Conway, S., Butcher, F., de Haas, T., Deijns, A., Grindrod, P. & Davis, J. 2021. ‘Glacial and gully erosion on Mars: A terrestrial perspective’. Geomorphology 318: 26-57. Elsevier. DOI: https://doi.org/10.1016/j.geomorph.2018.05.019. I.F. 3.819.
Article dans une revue scientifique / Article dans un périodique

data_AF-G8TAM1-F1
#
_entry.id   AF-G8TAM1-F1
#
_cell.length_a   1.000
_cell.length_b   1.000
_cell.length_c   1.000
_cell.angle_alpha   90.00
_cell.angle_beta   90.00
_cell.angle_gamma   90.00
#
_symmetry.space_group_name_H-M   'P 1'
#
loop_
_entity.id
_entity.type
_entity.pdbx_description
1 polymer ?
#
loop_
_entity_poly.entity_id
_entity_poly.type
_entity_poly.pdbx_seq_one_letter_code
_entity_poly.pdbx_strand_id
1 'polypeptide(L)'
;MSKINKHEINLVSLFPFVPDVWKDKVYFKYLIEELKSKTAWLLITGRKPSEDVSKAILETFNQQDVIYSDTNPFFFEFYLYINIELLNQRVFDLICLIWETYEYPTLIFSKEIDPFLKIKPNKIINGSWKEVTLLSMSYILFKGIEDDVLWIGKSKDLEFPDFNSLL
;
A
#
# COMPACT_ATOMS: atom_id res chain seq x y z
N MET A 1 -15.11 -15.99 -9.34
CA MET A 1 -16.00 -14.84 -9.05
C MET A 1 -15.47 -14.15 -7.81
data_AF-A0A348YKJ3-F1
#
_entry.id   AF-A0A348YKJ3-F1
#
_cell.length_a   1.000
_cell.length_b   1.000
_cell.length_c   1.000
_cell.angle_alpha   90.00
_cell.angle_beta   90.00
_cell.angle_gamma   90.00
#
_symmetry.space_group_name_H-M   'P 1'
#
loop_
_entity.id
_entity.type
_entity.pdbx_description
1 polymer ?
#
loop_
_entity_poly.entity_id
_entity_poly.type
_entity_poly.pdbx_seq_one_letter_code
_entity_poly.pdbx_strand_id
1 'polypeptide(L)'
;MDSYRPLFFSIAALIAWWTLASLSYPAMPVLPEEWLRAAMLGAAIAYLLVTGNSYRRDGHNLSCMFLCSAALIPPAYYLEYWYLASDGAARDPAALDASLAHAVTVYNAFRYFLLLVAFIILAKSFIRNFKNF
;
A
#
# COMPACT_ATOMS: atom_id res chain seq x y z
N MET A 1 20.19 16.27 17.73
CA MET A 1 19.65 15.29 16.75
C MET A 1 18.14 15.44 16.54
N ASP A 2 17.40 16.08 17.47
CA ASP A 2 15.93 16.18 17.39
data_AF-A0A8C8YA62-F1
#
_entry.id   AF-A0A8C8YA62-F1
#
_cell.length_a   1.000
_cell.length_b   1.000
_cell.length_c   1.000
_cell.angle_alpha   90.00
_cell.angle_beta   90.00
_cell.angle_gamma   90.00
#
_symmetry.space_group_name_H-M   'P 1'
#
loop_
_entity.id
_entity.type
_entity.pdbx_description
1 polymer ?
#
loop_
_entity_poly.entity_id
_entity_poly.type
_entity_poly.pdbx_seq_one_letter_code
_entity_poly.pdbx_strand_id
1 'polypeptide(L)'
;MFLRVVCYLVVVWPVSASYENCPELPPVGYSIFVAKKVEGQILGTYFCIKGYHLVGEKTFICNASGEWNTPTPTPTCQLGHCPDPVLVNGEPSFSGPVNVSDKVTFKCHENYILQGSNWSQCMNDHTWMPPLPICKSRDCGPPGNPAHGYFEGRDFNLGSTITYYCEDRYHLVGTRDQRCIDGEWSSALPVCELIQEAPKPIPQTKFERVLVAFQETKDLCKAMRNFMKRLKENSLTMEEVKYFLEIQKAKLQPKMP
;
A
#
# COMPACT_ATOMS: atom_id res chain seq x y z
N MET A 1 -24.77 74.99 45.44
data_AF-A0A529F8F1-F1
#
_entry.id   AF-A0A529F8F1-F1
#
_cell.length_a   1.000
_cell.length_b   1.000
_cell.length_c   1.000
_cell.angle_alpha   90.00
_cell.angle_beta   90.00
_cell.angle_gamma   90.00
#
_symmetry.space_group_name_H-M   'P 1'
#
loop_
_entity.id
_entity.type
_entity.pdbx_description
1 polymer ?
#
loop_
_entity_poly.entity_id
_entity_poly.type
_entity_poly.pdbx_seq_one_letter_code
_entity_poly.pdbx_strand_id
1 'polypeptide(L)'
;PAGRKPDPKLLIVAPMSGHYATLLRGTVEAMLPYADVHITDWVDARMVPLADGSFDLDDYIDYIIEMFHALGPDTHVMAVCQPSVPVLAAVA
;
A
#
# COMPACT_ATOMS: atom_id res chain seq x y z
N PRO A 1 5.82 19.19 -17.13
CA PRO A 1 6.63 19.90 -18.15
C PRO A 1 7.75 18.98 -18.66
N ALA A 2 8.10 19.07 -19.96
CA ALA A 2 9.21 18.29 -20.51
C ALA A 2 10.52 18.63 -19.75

The mid- to high latitudes of Mars host assemblages of landforms consistent with a receding glacial landscape on Earth. These landforms are postulated to have formed >5 Ma under a different climate regime when Mars' orbital obliquity was on average 10° higher than today. Here, we investigate the spatiotemporal relationship between gullies and glacial landforms, both common in the mid-latitudes. Gullies are kilometre-scale landforms with a source alcove, transportation channel, and depositional apron. The glacial landforms comprise (1) extant viscous flow features (VFF) that extend from the base of crater walls into the interior of crater floors and are widely interpreted as debris-covered glaciers containing extant ice, and (2) landforms such as arcuate ridges at the base of crater walls that have been interpreted as relicts of more recent, less extensive glacial advances focussed on crater walls. We measure headwall retreat associated with glacial landforms and date their host-craters to constrain minimum headwall retreat rates. We record headwall retreat rates up to ~102 m My−1 for the youngest suite of glacial landforms, equivalent to erosion rates of wet-based glaciers on Earth and to headwall retreat rates associated with martian bedrock gully systems. We find extensive evidence for a single erosional episode dating 5–10 Ma, which postdates emplacement of the majority of VFF but seems to predate formation of the gullies. We propose that the wet-based glacial episode was associated with glaciation focussed on the crater walls rather than melting of the glacial ice deposits on the crater floors (VFF). This is consistent with our observations of crater wall morphologies, including the presence of arcuate ridges consistent with terrestrial glaciotectonic features that require liquid water to form, textural alteration of the eroded bedrock surface consistent with ice-segregation and frost-shattering, and the presence of downslope pasted-on terrain, tentatively interpreted here as glacial till deposits sourced from glacial erosion of the crater wall. The pasted-on terrain is usually interpreted as a thicker, latitude-dependant mantle located on sloping terrain formed from airfall of ice nucleated on dust, but we suggest that it has been reworked by glaciation and is predominantly glacial in origin. Although our results cannot substantiate that gullies are produced by meltwater, the discovery of this wet glacial event does provide evidence for widespread meltwater generation in Mars' recent history.